Thanks for that explanation. It makes sense but I haven’t seen the caffeine extraction solvent mentioned on packs. I guess those companies that use water would label it as such so I will keep looking.
FWIW When you have the time, @9.phillip, have a look at the web site of each of the coffee companies you’re considering (under the decaf section). There would be more info there than on the packets of coffee. For example: the Lavazza site discloses that they use the carbon dioxide method.
Also, as a good reference please see the @phb post above, with the link about the various processes which are used to make decaf.
Personally, I find that limiting my coffee intake works better for me rather than switching to decaf.
My wife likes the Aldi decafffi coffee pods and so do our visitors.
Not very environmentally friendly, however if someone has a specific medical condition that is fair enough. Also look at https://forums.whirlpool.net.au/archive/9jw8rx73
Thanks jepc and all the other responders. The various methods used to remove caffeine from the beans was certainly interesting. I am not going down the capsule pathway for environmental reasons. I now have a better understanding about why it is so difficult to get a good tasting decaf coffee, and will try some of the suggestions.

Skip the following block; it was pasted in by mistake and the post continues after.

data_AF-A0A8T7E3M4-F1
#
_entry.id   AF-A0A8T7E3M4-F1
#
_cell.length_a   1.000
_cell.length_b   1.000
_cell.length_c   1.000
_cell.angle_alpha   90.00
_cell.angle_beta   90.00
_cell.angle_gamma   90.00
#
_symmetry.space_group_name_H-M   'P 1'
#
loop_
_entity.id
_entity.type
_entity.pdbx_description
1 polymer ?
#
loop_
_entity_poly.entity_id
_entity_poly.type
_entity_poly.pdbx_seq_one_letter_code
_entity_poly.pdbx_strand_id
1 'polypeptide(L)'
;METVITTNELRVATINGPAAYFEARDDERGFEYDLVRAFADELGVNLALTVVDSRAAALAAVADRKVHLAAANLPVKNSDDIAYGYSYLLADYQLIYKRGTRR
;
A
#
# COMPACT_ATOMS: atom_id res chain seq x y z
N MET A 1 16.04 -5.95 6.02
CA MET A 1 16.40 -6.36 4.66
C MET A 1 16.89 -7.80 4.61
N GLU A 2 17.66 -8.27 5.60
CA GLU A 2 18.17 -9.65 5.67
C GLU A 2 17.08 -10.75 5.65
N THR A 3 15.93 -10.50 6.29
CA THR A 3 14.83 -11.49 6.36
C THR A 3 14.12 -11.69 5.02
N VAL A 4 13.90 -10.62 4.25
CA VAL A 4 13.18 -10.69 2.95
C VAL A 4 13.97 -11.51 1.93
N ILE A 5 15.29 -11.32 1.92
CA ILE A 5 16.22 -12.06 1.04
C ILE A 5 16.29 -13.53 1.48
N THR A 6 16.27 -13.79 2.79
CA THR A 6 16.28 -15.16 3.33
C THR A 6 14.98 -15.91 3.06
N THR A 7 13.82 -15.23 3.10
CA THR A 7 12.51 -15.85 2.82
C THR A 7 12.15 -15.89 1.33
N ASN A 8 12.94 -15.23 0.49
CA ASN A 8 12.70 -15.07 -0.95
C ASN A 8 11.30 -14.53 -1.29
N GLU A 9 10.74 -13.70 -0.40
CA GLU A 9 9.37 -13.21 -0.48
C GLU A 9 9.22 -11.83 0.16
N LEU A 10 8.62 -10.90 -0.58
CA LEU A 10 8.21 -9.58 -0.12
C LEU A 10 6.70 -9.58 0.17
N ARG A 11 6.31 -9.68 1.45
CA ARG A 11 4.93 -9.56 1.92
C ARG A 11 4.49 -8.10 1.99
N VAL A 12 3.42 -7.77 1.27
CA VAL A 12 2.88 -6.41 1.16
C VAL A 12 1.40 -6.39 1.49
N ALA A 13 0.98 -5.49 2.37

I used to grow & process coffee but didn’t have the equipment (or the desire) to decaffeinate the beans. But at that time the majority of decaffeinating was by the solvent method but the Swiss Water method, which used no solvents, was the gold standard. I am presuming that is still so, and any coffee which is treated by this method would be proudly displayed on the pack.
You should be able to buy this online or a speciality coffee shop but I doubt if you would get it at your local supermarket.
As an alternative, try some Australian grown coffee. When I was growing it & wholesaling it to local cafes on the Tweed, I got our coffee analysed & it came back at less than 1% caffeine whereas the majority of overseas coffee which is a mix of Arabica & Robusta beans usually came in at around 2%.
I don’t know why our coffee was lower in caffeine but it may be that it was because we can only grow Arabica beans (naturally lower) in Australia and maybe the milder NSW temperature had something to do with it. Anyway if you can’t get any Swiss Water coffee the Australian (preferably NSW) maybe worth a try.
Thanks Old Red (your wine preference?). The topic is more interesting than I could have imagined.
Much more palateable, this. I have some Lavazza decaf, its expensive and tastes… bland. I’ve almost finished it but wont be replacing. I would rather have a herbal tea than decaf coffee.
Years ago I wanted to avoid caffeine just as a health choice, and tried instant and beans decaf.
It made me dread my coffee time, and I thought: hey, life is too short to do this without a medical reason.
Now I have a real coffee in the morning, and when out with friends.
In case you want to have a cuppa tea at some time in the future Dilmah Decaffeinated Tea uses the CO2 method where others available at the supermarkets use solvents .